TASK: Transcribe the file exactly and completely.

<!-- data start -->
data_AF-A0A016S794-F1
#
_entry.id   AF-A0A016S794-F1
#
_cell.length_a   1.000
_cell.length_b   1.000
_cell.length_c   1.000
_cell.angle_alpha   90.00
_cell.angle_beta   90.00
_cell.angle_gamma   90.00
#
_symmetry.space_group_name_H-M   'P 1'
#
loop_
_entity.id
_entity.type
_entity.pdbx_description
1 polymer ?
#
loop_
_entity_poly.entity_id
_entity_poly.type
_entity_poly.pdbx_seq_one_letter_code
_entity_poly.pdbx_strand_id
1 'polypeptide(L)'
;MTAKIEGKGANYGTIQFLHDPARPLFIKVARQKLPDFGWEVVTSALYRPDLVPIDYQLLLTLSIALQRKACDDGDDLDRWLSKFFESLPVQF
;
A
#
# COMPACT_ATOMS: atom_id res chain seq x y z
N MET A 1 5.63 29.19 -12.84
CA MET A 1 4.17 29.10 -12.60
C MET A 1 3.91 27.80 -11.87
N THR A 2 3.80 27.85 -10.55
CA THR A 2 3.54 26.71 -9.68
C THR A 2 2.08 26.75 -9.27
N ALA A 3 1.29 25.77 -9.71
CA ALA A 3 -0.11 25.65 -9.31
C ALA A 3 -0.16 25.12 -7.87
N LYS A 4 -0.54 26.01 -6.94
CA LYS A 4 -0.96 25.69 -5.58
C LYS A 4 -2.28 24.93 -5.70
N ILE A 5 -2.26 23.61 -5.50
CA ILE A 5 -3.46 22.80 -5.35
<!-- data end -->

data_AF-A0A016S794-F1
#
_entry.id   AF-A0A016S794-F1
#
_cell.length_a   1.000
_cell.length_b   1.000
_cell.length_c   1.000
_cell.angle_alpha   90.00
_cell.angle_beta   90.00
_cell.angle_gamma   90.00
#
_symmetry.space_group_name_H-M   'P 1'
#
loop_
_entity.id
_entity.type
_entity.pdbx_description
1 polymer ?
#
loop_
_entity_poly.entity_id
_entity_poly.type
_entity_poly.pdbx_seq_one_letter_code
_entity_poly.pdbx_strand_id
1 'polypeptide(L)'
;MTAKIEGKGANYGTIQFLHDPARPLFIKVARQKLPDFGWEVVTSALYRPDLVPIDYQLLLTLSIALQRKACDDGDDLDRWLSKFFESLPVQF
;
A
#
# COMPACT_ATOMS: atom_id res chain seq x y z
N MET A 1 5.63 29.19 -12.84
CA MET A 1 4.17 29.10 -12.60
C MET A 1 3.91 27.80 -11.87
N THR A 2 3.80 27.85 -10.55
CA THR A 2 3.54 26.71 -9.68
C THR A 2 2.08 26.75 -9.27
N ALA A 3 1.29 25.77 -9.71
CA ALA A 3 -0.11 25.65 -9.31
C ALA A 3 -0.16 25.12 -7.87
N LYS A 4 -0.54 26.01 -6.94
CA LYS A 4 -0.96 25.69 -5.58
C LYS A 4 -2.28 24.93 -5.70
N ILE A 5 -2.26 23.61 -5.50
CA ILE A 5 -3.46 22.80 -5.35